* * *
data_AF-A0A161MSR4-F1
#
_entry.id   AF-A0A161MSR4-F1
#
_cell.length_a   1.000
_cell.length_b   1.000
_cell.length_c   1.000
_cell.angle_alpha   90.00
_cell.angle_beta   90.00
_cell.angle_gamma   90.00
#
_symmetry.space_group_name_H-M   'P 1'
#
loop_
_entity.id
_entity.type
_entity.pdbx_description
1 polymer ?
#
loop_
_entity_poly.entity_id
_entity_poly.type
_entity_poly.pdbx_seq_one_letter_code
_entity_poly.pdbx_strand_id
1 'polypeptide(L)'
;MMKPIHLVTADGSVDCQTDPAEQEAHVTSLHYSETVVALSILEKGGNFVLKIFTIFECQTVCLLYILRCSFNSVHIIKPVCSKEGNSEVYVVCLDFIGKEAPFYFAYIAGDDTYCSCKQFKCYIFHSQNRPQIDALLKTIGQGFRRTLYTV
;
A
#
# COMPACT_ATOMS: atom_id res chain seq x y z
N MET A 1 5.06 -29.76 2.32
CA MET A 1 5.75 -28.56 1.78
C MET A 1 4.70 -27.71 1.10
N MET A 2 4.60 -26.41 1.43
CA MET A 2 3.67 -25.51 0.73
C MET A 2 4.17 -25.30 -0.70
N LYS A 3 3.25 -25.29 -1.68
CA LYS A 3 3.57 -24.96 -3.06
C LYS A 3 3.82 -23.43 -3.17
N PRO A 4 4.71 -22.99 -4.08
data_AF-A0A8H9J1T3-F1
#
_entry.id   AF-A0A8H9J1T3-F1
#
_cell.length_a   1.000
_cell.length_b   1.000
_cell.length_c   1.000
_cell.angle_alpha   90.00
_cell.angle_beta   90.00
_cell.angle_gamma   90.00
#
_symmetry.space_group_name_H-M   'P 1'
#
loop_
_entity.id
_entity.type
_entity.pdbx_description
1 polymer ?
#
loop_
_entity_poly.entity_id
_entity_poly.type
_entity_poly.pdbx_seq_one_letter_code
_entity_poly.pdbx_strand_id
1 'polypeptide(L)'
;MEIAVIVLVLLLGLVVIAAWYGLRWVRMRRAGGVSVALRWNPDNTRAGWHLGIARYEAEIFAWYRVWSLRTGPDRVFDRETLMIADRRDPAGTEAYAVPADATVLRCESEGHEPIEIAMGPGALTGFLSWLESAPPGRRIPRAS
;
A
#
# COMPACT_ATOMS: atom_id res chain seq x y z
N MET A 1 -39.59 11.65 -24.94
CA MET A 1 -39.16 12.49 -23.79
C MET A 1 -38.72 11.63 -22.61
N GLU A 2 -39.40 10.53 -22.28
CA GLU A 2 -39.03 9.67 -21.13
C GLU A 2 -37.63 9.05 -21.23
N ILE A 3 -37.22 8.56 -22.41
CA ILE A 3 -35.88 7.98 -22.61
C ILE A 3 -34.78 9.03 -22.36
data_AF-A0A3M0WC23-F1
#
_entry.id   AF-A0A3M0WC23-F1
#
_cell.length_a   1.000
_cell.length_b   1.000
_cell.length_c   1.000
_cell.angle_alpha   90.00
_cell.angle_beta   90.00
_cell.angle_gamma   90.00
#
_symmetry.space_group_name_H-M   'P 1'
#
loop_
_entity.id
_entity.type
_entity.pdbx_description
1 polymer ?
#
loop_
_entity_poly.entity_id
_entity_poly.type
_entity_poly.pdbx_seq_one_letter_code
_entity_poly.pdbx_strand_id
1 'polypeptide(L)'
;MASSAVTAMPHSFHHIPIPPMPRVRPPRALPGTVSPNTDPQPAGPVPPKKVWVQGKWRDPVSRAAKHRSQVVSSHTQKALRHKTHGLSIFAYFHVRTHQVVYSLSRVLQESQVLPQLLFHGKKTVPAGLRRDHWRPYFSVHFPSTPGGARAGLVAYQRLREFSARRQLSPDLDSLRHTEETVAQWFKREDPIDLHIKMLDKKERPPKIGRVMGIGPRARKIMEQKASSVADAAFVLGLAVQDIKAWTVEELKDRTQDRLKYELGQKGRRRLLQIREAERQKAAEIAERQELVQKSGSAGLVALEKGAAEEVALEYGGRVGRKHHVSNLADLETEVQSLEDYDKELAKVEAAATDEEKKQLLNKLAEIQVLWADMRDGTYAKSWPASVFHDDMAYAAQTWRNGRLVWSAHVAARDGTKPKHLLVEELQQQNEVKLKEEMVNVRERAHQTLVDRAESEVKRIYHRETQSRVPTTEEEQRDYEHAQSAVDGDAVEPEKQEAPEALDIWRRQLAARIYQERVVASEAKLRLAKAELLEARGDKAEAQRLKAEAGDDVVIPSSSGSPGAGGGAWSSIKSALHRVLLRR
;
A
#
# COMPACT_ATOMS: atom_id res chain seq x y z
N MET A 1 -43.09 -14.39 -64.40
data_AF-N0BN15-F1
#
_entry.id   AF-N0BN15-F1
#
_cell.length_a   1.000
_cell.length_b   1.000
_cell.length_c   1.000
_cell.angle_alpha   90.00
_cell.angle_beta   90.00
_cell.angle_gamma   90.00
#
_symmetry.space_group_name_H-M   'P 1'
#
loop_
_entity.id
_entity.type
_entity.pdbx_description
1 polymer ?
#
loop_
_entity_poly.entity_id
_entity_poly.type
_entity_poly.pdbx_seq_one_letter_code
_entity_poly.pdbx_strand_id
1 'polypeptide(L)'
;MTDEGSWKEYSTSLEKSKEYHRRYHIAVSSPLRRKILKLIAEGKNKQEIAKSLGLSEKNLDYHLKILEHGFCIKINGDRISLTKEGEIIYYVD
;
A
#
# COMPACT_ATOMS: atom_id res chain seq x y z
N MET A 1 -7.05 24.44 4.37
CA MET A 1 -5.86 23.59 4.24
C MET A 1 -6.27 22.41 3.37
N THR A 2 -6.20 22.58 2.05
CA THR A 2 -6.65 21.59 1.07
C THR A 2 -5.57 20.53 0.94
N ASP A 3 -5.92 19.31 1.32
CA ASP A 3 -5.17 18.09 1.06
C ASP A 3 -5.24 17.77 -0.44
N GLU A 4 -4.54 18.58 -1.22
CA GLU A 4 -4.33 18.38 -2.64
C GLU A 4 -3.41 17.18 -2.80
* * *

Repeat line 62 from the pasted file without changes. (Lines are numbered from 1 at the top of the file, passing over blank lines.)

_entity_poly.type